A study published in Public Policy & Aging Report (1) finds, “financial exploitation of older adults and diminished financial capacity results from age-related cognitive impairments—both pose major economic threats. “ The author continues, “The problem is complex, but it is also a problem that unquestionably exists and is assuming remarkably large personal, monetary, and social dimensions. Elder financial abuse involves millions of individuals and billions of dollars. It damages health, harms wellbeing, and arguably costs lives.”
In 2009, U.S. household wealth was estimated to be $53.1 trillion. Older adults held approximately $18.1 trillion of it. The MetLife Study of Elder Financial Abuse estimates elder abuse cost older Americans at least $2.9 billion in 2010.
Financial abuse of the elderly in the Enhancing Workforce Capacity in the Detection and Prevention of Elderly Financial Abuse (2) states “It can take a wide range of forms including scams, overcharging, and theft;” older adults are the most vulnerable age group to this type of abuse, particularly if they are lonely, isolated, or have health issues that cause them to be dependent on others (National Committee for the Prevention of Elder Abuse, 2015) (3). The detrimental effects of financial abuse can include loss of financial security and deterioration in mental and physical health (Social Care Institute for Excellence, 2011) (4).
Daily, elderly individuals are taken advantage of by Caregivers who provide in home or institutional health assistance. Caregivers befriend the individual and convince them that their grown children—generally living at a distance—do not care about them and they, the Caregivers, are the only ones who care. With that seed planted, the Care giver to the elderly individual suffering from a physical ailment or diminished mental capacity supplants the family member. One of the Caregivers then takes the person to have a Power of Attorney drafted that places the Caregiver in charge of the affairs of the person—generally the family member with an existing Power of Attorney does not know that their Power of Attorney has been superseded.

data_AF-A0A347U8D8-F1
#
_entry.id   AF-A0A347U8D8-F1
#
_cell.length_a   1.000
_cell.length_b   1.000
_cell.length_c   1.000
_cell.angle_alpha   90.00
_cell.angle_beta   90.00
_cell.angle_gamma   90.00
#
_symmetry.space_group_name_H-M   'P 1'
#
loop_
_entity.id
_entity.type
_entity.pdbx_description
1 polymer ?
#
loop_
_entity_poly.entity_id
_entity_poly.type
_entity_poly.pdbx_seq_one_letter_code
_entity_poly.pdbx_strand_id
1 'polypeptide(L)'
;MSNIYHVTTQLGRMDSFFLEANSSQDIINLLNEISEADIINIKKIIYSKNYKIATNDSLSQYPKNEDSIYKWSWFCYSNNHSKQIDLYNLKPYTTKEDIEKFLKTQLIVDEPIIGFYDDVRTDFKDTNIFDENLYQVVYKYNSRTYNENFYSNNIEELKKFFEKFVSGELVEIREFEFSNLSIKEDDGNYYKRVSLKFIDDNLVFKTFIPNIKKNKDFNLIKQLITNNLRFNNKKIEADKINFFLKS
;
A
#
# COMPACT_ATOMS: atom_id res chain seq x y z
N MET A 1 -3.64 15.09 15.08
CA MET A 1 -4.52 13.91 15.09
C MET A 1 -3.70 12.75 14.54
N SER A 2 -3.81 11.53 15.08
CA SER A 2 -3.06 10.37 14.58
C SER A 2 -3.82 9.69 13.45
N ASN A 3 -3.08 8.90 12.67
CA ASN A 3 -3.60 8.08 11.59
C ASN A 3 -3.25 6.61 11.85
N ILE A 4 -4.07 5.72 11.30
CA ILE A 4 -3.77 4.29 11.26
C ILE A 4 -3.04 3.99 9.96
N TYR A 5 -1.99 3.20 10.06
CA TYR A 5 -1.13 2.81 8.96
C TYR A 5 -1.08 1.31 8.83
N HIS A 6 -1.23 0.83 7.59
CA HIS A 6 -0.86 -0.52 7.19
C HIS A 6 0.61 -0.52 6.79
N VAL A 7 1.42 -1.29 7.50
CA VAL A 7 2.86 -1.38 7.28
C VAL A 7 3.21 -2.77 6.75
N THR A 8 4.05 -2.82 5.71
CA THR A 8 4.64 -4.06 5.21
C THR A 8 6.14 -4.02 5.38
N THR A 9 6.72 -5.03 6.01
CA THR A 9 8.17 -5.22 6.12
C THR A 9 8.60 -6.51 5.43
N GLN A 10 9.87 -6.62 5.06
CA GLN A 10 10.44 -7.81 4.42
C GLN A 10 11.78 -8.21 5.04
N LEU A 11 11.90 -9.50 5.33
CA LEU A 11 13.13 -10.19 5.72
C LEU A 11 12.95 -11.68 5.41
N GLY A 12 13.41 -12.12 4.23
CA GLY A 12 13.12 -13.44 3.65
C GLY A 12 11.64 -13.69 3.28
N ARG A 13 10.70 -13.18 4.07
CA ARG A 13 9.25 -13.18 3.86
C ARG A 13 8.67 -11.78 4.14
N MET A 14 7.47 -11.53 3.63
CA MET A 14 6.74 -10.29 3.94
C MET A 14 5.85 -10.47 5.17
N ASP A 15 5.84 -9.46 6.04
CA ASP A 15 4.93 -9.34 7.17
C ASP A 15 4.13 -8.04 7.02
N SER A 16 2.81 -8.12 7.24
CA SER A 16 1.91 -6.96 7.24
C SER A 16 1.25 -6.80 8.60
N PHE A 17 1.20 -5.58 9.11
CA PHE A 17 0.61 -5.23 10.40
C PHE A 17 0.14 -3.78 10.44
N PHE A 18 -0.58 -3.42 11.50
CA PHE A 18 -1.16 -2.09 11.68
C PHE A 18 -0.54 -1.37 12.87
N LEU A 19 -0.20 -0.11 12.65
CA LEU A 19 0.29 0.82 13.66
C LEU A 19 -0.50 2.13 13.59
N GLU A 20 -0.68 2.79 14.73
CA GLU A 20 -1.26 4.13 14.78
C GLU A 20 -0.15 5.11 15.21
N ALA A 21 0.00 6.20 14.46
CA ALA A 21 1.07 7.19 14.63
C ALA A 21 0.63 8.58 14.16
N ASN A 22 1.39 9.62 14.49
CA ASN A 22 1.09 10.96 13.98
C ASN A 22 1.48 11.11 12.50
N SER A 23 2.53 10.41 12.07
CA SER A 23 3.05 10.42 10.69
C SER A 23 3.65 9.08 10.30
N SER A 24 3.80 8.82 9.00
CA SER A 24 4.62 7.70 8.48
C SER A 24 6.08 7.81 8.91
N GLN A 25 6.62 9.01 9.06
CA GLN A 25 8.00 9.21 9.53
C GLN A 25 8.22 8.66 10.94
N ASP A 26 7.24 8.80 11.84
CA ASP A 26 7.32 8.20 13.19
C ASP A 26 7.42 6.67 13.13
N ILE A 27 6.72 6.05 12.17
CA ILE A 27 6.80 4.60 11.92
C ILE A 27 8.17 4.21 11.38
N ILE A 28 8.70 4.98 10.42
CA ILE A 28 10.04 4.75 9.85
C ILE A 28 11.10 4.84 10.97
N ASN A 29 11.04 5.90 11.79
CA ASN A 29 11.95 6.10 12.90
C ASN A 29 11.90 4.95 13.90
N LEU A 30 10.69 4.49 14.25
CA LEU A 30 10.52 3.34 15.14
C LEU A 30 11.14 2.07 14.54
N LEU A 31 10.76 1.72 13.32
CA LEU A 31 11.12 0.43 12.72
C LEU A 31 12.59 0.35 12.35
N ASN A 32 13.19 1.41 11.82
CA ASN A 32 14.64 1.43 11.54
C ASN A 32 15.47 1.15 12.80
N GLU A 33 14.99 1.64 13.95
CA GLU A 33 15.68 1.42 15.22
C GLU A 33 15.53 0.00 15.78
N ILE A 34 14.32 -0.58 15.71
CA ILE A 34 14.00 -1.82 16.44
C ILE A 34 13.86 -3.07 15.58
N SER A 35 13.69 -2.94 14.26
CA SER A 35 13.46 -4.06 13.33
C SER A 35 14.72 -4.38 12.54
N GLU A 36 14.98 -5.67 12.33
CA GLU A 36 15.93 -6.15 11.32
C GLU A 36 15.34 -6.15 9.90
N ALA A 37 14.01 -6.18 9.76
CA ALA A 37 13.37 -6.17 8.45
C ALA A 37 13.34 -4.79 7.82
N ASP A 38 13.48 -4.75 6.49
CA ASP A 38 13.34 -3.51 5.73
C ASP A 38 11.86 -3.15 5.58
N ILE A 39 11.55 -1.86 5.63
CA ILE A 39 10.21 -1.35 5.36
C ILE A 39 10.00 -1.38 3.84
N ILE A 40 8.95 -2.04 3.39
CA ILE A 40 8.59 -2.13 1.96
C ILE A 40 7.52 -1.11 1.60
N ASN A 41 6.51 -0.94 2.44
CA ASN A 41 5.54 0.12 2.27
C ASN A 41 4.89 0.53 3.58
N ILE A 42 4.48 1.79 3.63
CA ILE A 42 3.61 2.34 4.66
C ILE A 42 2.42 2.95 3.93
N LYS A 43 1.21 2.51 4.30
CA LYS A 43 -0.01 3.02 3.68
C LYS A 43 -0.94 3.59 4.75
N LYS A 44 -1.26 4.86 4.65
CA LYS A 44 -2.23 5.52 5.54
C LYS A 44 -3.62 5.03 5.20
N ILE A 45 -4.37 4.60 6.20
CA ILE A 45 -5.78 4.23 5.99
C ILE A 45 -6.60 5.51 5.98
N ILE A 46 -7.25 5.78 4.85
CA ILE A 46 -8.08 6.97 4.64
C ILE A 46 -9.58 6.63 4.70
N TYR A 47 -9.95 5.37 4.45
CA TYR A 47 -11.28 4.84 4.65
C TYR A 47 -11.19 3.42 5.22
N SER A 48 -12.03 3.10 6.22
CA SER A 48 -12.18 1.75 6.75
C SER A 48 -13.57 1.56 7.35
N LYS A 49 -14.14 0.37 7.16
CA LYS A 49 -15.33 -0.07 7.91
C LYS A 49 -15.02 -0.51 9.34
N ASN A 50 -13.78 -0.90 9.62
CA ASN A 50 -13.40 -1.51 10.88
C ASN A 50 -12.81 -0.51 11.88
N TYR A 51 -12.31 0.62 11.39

It is widely known that today the wealth of the country is in the hands of those over 65 years of age, a number of which have physical ailments and mental deficiencies such as, dementia and Alzheimer’s. Individuals with criminal minds are aware of their vulnerability, and frequently check the obituaries to see who has died and if there is a surviving spouse. They then solicit the person by personal contact or by mail. Family members need to be aware of these schemes.
It is not easy to do, but upon death of a loved one an inventory of valuables needs to be taken before hiring a Caregiver and the inventory should be kept outside of the elderly person’s residence. With the Inventory, also take pictures of valuables (anything over $1,000) including: jewelry, paintings, antiques, life insurance and annuities, cars, boats, motorcycles, stocks and bonds, bank accounts, savings bonds, and the contents of safe deposit boxes. A trusted family member should also know about the elderly person’s cash in the safe deposit box, under a mattress, bank, and brokerage accounts and have access online to periodically review the transactions that are taking place.